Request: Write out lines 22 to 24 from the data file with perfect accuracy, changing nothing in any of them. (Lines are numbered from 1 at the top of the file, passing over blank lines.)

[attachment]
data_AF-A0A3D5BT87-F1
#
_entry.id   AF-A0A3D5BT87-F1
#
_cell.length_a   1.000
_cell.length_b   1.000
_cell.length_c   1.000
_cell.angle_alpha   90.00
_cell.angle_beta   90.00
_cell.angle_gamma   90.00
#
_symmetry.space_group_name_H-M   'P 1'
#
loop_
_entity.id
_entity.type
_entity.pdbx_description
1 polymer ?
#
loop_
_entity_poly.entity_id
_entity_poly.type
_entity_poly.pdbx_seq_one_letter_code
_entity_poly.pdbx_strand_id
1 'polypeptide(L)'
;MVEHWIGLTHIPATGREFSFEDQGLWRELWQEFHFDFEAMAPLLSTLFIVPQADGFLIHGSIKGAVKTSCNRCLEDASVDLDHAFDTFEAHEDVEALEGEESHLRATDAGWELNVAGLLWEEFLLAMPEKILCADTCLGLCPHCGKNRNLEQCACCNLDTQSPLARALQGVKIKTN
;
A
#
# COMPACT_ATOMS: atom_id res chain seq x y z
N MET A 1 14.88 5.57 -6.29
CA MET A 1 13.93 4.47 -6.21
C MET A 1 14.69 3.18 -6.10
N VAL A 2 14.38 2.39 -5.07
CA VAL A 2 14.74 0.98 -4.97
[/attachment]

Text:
_entity_poly.type
_entity_poly.pdbx_seq_one_letter_code
_entity_poly.pdbx_strand_id